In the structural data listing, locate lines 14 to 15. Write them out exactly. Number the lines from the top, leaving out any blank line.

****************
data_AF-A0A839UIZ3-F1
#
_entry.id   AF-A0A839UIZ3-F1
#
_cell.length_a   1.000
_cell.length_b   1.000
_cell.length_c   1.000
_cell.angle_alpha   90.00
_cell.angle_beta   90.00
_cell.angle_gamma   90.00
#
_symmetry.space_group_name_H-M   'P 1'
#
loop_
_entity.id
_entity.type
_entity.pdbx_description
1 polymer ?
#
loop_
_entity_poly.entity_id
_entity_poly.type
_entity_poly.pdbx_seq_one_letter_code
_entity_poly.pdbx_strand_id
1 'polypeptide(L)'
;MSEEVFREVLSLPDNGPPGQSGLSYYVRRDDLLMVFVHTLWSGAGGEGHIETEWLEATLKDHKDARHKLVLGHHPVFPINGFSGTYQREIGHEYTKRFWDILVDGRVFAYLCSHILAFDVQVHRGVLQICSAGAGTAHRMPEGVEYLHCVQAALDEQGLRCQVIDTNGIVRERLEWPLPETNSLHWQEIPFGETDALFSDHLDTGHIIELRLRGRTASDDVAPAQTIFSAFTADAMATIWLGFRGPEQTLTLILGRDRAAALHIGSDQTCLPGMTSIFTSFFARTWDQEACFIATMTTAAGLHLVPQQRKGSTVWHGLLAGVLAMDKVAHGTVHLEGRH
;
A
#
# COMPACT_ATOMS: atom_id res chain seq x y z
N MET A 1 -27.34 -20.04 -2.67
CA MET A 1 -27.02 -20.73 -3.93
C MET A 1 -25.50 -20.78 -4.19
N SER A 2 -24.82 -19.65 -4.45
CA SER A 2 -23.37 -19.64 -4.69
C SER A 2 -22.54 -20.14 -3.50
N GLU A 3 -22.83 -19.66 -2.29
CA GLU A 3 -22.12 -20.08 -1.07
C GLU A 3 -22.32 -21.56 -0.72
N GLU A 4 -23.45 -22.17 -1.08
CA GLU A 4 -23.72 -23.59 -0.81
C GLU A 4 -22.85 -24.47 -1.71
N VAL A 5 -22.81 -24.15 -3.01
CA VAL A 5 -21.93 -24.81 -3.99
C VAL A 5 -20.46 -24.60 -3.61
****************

loop_
_entity.id